The War in Ukraine: Is the Counteroffensive Making Progress? | Albiseyler

The War in Ukraine: Is the Counteroffensive Making Progress?
  • By Frank Gardner
  • BBC to verify

image source, Getty Images

Ukrainian generals claim to have “broken through” Russia’s first line of defense in the south.

We assessed how far Ukrainian forces have actually advanced and what signs of further breakthroughs exist along the front line.

Ukraine launched its major counter-offensive in early June to push Russian forces back from the country they had occupied. He attacked at three points along a front line of more than 600 miles (965 km).

The area to the southeast of the city of Zaporozhye is by far the most strategically important.

A strike in this direction towards the Sea of ​​Azov, if successful, could cut the Russian supply lines that connect the Russian city of Rostov-on-Don with Crimea.

There hasn’t been much progress on this front, except for the area around the villages of Robotyne and Verbove in the Zaporozhye region, as shown on the map above highlighted in purple.

If Ukraine can cut off this main supply route, then Russia will find it almost impossible to maintain its huge garrison in Crimea, which it annexed in 2014.

Despite significant obstacles, sightings of Ukrainian soldiers penetrating Russian defense structures along the southern front have now been confirmed.

We verified nine videos on social media along the front line near Verbova.

Four of the videos show Ukrainian forces breaching Russian defenses north of Verbov.

However, these show invasions, not that Ukraine managed to control the area.

So far only Ukrainian infantry have come through and we don’t see Ukrainian armored columns pouring through, exploiting the gap and holding ground.

What prevents Ukraine from progressing faster?

This is what they look like from space – rows of interlocking obstacles, trenches, bunkers and minefields, each covered by artillery.

Extensive minefields slowed Ukraine’s advance.

These minefields are intensely charged, in places up to five mines per square meter.

Ukraine’s first attempt to break through them in June quickly failed, and its modern, Western-supplied armor was battered and burned. The Ukrainian infantry arrived similarly untied and suffered terrible losses.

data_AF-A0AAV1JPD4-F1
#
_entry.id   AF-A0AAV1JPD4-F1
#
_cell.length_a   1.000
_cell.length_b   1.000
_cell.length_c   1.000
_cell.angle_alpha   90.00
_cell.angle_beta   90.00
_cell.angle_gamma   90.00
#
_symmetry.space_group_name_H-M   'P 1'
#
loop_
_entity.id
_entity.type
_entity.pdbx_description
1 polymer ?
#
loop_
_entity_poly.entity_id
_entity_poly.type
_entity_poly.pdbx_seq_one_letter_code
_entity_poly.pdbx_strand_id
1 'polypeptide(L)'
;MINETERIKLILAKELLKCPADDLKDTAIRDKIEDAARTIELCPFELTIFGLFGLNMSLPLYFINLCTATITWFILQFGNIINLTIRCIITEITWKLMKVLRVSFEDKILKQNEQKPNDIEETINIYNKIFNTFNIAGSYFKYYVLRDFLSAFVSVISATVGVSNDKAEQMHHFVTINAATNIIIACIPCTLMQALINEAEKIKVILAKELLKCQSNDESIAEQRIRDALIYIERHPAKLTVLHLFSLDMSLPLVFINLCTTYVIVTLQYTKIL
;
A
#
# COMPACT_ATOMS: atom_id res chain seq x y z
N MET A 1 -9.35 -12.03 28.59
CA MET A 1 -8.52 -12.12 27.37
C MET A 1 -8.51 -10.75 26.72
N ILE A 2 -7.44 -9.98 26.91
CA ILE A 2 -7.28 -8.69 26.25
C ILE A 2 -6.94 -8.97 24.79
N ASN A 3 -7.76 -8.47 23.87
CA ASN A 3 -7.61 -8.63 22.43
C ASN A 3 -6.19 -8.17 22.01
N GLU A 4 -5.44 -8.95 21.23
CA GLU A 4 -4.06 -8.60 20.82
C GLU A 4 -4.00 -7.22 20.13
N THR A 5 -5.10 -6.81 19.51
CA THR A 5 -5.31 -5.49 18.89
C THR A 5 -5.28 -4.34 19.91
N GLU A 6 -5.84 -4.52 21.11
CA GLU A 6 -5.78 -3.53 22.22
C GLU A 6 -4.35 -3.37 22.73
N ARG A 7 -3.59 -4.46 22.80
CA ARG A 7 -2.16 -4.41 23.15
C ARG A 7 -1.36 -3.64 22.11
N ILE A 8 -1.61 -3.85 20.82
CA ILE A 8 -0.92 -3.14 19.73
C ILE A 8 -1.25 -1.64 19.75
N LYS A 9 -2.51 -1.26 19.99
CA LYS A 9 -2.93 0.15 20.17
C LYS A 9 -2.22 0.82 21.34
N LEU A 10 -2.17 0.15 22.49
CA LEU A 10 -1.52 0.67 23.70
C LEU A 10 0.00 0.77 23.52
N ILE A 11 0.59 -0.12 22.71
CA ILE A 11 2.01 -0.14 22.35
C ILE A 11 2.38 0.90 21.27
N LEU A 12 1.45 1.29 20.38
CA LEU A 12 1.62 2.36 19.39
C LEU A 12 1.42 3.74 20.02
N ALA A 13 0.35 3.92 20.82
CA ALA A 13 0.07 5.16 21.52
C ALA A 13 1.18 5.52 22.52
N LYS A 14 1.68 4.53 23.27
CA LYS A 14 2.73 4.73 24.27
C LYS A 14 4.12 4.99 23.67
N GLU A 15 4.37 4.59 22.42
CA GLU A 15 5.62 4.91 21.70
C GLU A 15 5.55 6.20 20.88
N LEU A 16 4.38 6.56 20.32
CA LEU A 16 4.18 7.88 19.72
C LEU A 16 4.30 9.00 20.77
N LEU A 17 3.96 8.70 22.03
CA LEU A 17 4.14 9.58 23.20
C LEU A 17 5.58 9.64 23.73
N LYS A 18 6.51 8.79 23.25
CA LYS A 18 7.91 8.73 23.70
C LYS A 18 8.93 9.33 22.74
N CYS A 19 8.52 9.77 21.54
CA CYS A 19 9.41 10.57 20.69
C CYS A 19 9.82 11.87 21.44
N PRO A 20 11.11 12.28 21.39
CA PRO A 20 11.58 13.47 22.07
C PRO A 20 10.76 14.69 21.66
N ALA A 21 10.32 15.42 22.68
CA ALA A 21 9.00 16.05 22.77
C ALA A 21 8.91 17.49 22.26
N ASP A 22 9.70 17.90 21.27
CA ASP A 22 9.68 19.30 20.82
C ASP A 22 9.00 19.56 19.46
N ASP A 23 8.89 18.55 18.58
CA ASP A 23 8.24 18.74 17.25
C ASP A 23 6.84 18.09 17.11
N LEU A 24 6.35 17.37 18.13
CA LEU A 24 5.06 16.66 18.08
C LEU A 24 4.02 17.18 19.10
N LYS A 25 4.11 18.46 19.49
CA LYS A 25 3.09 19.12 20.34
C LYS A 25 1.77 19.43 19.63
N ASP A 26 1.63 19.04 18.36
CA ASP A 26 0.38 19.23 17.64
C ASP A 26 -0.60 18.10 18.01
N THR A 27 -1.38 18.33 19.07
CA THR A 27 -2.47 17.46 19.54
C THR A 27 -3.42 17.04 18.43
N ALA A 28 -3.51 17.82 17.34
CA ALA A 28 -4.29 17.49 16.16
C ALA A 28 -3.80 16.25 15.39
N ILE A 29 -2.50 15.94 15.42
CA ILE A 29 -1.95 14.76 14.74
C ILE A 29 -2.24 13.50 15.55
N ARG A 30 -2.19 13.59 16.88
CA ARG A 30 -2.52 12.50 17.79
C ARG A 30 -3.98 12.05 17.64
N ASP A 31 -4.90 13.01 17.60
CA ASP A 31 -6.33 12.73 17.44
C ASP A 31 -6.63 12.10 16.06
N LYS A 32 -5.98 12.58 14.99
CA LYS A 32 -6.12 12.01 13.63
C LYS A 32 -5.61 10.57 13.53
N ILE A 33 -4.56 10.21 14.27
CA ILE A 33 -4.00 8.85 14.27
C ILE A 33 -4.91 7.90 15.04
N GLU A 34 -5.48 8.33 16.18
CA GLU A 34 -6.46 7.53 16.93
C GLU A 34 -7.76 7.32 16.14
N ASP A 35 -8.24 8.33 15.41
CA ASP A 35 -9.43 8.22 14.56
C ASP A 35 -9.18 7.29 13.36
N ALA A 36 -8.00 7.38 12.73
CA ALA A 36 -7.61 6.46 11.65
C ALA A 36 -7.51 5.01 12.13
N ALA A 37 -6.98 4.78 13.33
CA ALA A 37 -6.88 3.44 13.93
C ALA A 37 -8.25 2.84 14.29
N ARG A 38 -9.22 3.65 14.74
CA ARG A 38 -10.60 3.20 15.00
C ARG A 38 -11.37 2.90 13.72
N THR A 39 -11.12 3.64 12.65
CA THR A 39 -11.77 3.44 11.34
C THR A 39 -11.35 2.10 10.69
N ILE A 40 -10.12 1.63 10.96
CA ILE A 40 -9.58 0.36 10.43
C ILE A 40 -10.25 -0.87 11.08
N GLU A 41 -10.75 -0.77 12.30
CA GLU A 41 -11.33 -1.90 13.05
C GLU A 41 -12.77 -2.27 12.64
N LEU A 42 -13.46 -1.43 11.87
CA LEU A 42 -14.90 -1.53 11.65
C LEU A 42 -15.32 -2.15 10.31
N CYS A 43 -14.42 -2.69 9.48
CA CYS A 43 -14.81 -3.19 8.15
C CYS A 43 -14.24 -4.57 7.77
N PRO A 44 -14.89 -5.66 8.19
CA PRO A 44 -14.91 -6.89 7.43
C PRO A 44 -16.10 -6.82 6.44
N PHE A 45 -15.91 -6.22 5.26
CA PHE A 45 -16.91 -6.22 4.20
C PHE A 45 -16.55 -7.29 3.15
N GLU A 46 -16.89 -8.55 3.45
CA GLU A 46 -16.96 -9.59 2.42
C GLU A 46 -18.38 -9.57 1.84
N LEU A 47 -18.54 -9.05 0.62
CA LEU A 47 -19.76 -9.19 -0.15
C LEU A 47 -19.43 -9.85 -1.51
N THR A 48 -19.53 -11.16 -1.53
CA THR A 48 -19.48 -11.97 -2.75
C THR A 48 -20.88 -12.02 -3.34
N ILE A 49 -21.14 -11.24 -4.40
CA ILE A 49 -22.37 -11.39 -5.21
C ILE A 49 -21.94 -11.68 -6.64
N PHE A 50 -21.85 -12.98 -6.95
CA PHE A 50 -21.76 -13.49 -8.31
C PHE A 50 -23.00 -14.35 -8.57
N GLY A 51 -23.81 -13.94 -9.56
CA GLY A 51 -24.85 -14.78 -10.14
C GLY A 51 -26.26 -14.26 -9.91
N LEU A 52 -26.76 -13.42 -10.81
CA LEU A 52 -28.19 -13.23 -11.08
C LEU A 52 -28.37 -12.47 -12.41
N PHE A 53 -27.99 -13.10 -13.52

Since then, Kiev has had to resort to removing these mines on foot, often at night and sometimes under fire. Hence the slow progress so far.

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Ukraine: First British tank Challenger 2 destroyed

They will be able to assert themselves in numbers only after a sufficiently wide path through the minefields is cleared and the Russian artillery is defeated there.

What will happen next with Ukraine’s counter-offensive?

“The problem the Ukrainians have now,” says Dr Marina Miron of King’s College London’s War Studies Department, “is getting a big enough opening to get more troops in”.

Meanwhile, Russia is building up, and this battlefront is dynamic, moving, and Russia could still reverse Ukraine’s gains.

We’ve geolocated video from a Russian drone that supports reports that its elite airborne force, the VDV, has been deployed near the town of Verbove – a move aimed at filling any gaps created by the Ukrainian counter-offensive.

“Ukrainian forces continue to face resistance from Russian forces on the battlefield,” says Kateryna Stepanenko, a Russia analyst at London-based think tank RUSI.

“In addition to artillery fire, drone strikes and Russian defense structures – Russian forces are also making extensive use of electronic warfare measures aimed at obstructing Ukrainian signals and drone use.”

Ukraine has barely advanced more than 10% of the way to the coast, but the reality is much more subtle.

image caption,

Ukrainian soldiers near the village of Robotyne on the southern front

Russian forces are exhausted and possibly demoralized after suffering three months of intense attacks, including long-range attacks targeting their supply lines.

If Ukraine can break through the remaining Russian defenses and reach the town of Tokmak, then Russian rail and road supply routes to Crimea would be within range of its artillery.

If they can do that, then this counteroffensive can be considered a qualified success.

It may not end the war, which is likely to drag on until 2024 and possibly beyond — but it would seriously undermine Moscow’s war effort and put Ukraine in a strong position when peace talks eventually begin.

But for Kyiv, the clock is ticking. The rainy season will arrive within weeks, turning the roads into mud and making further progress impossible.

Behind this lies the uncertainty of the US presidential election, where a Republican victory could lead to a dramatic reduction in US military support for Ukraine.

President Putin knows he has to wait until then. The Ukrainians know that they must succeed in this counter-offensive.

Reporting by Jake Horton, Paul Brown, Benedict Garman, Daniele Palumbo, Olga Robinson.

Graphics by Tural Ahmedzade, Mark Bryson, Erwan Rivault.

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